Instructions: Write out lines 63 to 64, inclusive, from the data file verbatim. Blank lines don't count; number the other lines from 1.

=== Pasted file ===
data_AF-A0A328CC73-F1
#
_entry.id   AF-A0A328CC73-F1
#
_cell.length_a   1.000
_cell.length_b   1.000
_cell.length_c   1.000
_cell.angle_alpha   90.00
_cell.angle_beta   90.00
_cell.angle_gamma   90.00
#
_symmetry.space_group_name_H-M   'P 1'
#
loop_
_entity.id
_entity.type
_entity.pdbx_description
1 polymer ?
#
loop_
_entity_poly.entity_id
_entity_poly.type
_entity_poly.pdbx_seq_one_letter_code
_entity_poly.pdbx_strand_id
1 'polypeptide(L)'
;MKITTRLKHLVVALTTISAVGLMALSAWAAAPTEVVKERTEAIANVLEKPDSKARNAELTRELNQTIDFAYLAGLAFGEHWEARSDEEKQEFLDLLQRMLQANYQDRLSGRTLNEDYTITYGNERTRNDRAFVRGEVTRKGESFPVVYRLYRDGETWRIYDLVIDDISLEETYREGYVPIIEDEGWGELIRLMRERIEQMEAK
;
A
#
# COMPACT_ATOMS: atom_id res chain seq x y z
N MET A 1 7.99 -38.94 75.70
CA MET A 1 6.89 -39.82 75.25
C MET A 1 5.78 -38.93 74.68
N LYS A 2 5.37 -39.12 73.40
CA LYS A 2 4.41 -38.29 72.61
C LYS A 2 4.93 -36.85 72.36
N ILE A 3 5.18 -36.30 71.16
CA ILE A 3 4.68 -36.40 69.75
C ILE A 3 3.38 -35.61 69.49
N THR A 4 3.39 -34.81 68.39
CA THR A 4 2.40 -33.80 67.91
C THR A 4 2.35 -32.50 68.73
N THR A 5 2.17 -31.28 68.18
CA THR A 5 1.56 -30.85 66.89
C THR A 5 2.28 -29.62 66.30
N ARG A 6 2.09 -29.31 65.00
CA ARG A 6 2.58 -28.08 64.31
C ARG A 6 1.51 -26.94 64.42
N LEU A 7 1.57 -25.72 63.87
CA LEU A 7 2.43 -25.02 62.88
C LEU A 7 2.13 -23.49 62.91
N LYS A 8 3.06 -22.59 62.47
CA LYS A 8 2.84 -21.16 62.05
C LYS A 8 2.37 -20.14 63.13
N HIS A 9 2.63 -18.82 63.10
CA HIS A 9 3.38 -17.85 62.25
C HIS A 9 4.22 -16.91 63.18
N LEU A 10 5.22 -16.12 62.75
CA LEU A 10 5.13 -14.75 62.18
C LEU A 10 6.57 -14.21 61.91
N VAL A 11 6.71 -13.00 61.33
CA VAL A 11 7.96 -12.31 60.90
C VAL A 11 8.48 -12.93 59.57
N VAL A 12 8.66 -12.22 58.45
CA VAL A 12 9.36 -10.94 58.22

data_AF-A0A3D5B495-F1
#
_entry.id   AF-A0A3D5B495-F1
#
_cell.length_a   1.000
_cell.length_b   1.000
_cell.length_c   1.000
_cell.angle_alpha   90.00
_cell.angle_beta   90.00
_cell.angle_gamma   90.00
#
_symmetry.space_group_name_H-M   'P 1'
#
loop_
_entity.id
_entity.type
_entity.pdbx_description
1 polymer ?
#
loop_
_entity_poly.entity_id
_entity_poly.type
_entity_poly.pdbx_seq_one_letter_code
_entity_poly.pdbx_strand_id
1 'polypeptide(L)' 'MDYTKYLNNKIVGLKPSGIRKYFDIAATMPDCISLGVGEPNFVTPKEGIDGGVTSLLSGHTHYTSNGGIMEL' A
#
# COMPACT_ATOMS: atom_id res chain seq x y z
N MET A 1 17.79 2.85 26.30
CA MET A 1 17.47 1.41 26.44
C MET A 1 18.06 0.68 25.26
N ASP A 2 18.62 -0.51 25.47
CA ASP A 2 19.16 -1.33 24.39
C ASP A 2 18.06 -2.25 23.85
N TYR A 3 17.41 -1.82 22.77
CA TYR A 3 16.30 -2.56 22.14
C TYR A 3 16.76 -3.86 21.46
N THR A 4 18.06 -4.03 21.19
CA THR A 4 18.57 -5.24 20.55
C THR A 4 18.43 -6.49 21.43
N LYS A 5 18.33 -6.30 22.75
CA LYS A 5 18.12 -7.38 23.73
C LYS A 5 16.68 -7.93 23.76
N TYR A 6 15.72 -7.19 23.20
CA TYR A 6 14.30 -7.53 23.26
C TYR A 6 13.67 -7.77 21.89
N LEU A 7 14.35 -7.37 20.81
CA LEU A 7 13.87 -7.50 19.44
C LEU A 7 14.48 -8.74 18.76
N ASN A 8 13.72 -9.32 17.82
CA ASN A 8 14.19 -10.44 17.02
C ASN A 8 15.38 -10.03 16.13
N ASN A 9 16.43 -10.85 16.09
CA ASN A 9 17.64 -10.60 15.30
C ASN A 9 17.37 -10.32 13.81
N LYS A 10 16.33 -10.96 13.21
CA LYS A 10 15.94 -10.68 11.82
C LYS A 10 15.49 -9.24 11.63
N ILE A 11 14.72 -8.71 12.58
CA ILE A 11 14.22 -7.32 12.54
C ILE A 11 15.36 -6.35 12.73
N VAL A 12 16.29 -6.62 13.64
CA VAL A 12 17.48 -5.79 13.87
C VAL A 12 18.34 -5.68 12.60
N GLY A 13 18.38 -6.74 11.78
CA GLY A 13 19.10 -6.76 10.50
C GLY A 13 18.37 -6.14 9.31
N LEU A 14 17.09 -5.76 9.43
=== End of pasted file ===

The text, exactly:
C VAL A 11 8.48 -12.93 59.57
N VAL A 12 8.66 -12.22 58.45